There were glimpses of this early in the season, such as Hibbert's 11 blocks against New Orleans on Nov. 21. But there were also too many 1-for-7, 1-for-4, 3-for-12 nights with a handful of rebounds and no impact. The Pacers, coming off a 4-2 loss to Miami in the conference semifinals, were a sub-.500 team for the first five weeks of the season. They didn't climb above .500 for good until mid-December, when Hibbert finally started coming around.
"When we started off a little shaky losing some games and people were putting the sole blame on him, I thought he handled it in the best way possible," West said. "He stayed persistent in his work, trusted his work and trusted his preparation and as you see, he turned the corner. ... He was just mature about it and he wasn't in denial about his play and wasn't looking to blame the offense, how we played and things of that nature. He took it square in the chest."
The kind of national attention that Vogel chided the media for over that ill-fated timeout finally is coming. It's absurd, really, to watch the Pacers smother the Knicks and hold them to 35 percent shooting without a single player getting a sniff of the defensive player of the year award. (George was eighth in the voting, and Hibbert 10th. I had George third on my ballot, after Joakim Noah and Marc Gasol. But no Hibbert.)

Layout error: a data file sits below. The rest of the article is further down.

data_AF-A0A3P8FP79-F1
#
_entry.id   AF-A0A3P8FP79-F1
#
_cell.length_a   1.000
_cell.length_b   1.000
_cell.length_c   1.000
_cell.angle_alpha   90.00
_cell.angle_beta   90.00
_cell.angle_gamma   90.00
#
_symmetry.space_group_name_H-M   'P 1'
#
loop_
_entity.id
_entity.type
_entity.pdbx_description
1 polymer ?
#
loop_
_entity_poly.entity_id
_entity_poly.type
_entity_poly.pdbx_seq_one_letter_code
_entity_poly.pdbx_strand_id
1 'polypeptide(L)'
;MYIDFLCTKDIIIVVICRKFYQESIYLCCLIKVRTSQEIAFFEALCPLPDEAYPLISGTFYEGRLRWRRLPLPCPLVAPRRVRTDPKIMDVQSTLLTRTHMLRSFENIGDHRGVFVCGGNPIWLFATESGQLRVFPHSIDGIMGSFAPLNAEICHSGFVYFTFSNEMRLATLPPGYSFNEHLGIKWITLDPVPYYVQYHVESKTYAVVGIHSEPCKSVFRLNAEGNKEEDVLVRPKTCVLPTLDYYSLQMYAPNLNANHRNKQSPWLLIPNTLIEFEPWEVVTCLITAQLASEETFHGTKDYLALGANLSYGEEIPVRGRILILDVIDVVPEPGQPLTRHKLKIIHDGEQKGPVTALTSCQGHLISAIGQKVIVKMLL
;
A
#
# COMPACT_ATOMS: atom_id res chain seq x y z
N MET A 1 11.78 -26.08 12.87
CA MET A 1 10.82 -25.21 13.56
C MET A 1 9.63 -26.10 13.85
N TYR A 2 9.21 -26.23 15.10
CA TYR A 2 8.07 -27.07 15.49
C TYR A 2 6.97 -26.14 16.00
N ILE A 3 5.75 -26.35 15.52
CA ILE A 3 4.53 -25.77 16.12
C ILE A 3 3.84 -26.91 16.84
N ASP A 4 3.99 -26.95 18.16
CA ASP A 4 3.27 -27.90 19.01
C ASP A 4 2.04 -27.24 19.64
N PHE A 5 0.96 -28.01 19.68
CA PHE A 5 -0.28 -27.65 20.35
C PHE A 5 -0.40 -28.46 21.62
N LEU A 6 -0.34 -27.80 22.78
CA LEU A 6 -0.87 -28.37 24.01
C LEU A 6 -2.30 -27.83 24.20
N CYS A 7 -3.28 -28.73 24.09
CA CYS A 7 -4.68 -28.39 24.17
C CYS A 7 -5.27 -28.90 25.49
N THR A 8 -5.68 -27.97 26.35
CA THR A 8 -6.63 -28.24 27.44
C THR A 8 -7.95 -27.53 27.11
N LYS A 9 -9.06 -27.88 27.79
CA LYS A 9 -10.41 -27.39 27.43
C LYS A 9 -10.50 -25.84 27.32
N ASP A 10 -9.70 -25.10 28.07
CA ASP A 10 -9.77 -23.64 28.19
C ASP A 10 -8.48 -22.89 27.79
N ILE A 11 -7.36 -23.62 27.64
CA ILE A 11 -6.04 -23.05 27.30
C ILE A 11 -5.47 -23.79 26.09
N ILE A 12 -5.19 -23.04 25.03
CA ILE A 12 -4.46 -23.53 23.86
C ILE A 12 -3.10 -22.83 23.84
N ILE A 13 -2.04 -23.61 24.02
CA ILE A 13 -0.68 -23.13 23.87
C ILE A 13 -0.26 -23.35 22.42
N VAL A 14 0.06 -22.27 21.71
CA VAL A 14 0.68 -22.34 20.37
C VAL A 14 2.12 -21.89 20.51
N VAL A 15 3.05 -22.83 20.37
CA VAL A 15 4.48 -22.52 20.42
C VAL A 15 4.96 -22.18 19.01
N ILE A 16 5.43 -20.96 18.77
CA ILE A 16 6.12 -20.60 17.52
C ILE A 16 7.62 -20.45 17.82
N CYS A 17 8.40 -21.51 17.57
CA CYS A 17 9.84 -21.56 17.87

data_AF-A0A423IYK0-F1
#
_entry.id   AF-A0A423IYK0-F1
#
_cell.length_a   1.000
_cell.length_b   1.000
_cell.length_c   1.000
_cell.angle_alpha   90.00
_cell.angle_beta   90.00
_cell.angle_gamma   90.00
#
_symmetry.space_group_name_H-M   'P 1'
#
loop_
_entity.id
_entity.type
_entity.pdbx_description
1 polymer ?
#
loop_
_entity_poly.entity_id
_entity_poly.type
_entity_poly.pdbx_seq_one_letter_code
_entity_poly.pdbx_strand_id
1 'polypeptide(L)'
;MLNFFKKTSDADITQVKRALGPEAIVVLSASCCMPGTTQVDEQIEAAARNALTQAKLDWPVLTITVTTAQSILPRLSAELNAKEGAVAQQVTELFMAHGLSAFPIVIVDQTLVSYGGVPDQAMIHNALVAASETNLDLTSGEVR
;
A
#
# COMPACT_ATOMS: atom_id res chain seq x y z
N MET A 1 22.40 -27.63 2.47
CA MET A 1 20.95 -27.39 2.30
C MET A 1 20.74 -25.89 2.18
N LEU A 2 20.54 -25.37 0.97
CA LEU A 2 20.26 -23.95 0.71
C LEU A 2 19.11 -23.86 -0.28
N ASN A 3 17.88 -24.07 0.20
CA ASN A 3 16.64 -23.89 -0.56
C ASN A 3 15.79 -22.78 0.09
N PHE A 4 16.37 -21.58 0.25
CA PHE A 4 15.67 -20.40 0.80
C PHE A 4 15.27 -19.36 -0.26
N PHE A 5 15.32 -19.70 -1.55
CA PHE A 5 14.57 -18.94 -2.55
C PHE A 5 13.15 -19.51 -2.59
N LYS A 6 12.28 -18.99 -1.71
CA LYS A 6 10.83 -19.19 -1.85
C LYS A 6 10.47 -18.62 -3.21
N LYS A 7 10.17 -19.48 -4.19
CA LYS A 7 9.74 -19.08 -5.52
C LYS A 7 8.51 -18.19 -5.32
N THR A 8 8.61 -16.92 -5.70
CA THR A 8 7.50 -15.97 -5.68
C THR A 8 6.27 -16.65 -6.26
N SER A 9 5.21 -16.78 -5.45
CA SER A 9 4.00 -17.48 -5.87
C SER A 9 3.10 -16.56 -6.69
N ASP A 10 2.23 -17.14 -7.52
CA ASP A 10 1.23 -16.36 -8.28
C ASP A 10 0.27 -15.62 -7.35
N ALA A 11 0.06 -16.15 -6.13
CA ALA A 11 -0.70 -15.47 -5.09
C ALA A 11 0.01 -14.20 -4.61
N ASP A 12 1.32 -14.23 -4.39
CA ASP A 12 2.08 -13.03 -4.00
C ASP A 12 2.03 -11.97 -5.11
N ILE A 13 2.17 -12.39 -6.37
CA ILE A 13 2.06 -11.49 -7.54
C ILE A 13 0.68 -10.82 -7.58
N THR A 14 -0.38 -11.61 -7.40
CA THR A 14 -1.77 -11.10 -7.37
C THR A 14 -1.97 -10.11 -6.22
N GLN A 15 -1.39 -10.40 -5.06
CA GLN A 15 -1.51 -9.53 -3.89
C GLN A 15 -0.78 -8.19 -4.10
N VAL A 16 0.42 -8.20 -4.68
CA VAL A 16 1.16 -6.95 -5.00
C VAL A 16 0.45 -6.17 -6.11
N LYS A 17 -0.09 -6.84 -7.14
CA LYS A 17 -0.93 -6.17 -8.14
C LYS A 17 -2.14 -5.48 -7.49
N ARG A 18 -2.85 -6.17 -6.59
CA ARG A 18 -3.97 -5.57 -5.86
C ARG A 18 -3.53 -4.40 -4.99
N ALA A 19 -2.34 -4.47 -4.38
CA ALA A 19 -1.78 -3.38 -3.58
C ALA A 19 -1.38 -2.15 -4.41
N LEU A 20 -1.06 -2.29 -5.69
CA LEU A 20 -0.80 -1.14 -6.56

The Knicks led the league in 3-point attempts and were top-10 in 3-point percentage, yet they did nothing there on Saturday night. The team with by far the fewest turnovers in the league this season coughed the ball up 15 times resulting in 18 points.
"I don't know if he's completely motivated by that," West said of Hibbert's snub. "I do know he's better than 10th defensively in this league."
He's more than that. On Saturday night, for the second time in this series with the star-studded Knicks, Hibbert was the best player on the floor.
"That's the reason why he got the money, why he was an All-Star," George said. "Because he works. He puts the time into it. I don't think I'll see him going back. I think this is the Roy we'll have all postseason."
And that could mean a lot of trouble for a lot of people.